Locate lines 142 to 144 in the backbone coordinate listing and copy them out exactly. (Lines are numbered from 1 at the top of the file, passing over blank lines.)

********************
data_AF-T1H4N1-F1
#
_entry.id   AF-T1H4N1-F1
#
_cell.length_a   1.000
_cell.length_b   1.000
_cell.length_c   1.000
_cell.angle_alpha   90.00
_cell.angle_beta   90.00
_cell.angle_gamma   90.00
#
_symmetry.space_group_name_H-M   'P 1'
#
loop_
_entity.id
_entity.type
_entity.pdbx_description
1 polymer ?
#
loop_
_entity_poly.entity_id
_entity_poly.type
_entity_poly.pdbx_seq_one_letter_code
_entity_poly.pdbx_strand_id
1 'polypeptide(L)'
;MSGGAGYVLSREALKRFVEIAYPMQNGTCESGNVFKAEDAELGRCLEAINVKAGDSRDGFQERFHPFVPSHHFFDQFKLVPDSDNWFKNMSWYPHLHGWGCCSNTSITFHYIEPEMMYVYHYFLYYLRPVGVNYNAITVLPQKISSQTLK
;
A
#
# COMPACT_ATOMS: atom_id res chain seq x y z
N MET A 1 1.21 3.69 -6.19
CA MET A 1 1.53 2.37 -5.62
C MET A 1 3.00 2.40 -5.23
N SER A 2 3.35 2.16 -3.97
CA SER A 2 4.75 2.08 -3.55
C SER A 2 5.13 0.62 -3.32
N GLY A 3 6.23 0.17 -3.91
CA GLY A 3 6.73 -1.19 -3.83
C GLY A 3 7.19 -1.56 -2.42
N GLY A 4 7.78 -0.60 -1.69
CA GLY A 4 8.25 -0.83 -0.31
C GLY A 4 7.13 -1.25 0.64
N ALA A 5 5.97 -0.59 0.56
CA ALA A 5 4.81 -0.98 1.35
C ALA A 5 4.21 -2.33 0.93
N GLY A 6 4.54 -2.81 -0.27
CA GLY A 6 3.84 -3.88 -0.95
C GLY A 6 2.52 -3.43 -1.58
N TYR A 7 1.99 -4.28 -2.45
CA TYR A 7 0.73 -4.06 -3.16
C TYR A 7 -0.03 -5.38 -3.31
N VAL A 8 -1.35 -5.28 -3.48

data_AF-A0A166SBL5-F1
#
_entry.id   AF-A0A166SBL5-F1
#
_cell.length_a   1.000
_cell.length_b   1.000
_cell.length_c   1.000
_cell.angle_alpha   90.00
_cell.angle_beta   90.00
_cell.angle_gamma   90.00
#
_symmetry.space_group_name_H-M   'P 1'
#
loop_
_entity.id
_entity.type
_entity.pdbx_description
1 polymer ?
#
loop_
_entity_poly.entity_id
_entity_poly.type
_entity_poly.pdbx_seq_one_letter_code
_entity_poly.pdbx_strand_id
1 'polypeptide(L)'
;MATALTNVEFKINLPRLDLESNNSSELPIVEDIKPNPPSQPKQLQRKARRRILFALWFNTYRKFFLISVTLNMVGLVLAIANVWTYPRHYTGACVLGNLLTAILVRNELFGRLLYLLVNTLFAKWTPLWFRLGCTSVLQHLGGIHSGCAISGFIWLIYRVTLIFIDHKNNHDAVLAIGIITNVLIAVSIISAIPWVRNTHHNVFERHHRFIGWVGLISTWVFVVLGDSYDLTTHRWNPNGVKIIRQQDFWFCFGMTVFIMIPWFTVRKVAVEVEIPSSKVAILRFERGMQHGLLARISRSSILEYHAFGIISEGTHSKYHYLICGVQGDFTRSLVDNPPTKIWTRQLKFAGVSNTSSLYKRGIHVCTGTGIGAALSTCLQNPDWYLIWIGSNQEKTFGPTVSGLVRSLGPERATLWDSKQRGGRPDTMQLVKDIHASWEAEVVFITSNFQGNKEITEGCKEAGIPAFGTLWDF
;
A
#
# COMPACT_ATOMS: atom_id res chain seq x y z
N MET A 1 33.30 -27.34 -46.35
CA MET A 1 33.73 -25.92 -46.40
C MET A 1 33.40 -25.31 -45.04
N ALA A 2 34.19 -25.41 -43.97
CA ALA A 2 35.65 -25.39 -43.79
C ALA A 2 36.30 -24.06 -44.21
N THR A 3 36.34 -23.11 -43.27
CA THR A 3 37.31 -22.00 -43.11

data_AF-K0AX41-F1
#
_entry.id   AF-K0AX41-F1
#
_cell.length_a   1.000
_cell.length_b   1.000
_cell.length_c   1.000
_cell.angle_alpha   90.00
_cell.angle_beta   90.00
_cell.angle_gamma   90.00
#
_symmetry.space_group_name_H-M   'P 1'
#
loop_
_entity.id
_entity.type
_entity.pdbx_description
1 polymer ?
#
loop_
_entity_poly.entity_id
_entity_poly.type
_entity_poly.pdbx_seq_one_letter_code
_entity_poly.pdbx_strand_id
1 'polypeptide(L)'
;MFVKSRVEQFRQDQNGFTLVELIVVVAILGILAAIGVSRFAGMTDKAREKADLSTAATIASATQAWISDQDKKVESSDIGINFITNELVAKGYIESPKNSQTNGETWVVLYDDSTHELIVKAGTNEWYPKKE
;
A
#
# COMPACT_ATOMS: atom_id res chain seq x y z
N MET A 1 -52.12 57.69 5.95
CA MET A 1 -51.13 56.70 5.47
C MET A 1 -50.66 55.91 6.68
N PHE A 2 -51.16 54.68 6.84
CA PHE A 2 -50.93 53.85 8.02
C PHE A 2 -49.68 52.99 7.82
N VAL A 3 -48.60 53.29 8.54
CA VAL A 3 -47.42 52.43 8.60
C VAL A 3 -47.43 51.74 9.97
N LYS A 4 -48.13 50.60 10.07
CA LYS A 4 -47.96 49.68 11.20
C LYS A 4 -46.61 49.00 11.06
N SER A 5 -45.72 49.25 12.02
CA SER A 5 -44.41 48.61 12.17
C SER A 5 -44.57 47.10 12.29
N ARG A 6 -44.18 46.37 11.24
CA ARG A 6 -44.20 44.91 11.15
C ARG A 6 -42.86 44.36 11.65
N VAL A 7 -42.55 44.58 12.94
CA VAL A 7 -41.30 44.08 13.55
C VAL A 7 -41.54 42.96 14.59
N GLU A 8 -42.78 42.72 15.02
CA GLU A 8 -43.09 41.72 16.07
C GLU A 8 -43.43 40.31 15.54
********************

N GLU A 8 -42.78 42.72 15.02
CA GLU A 8 -43.09 41.72 16.07
C GLU A 8 -43.43 40.31 15.54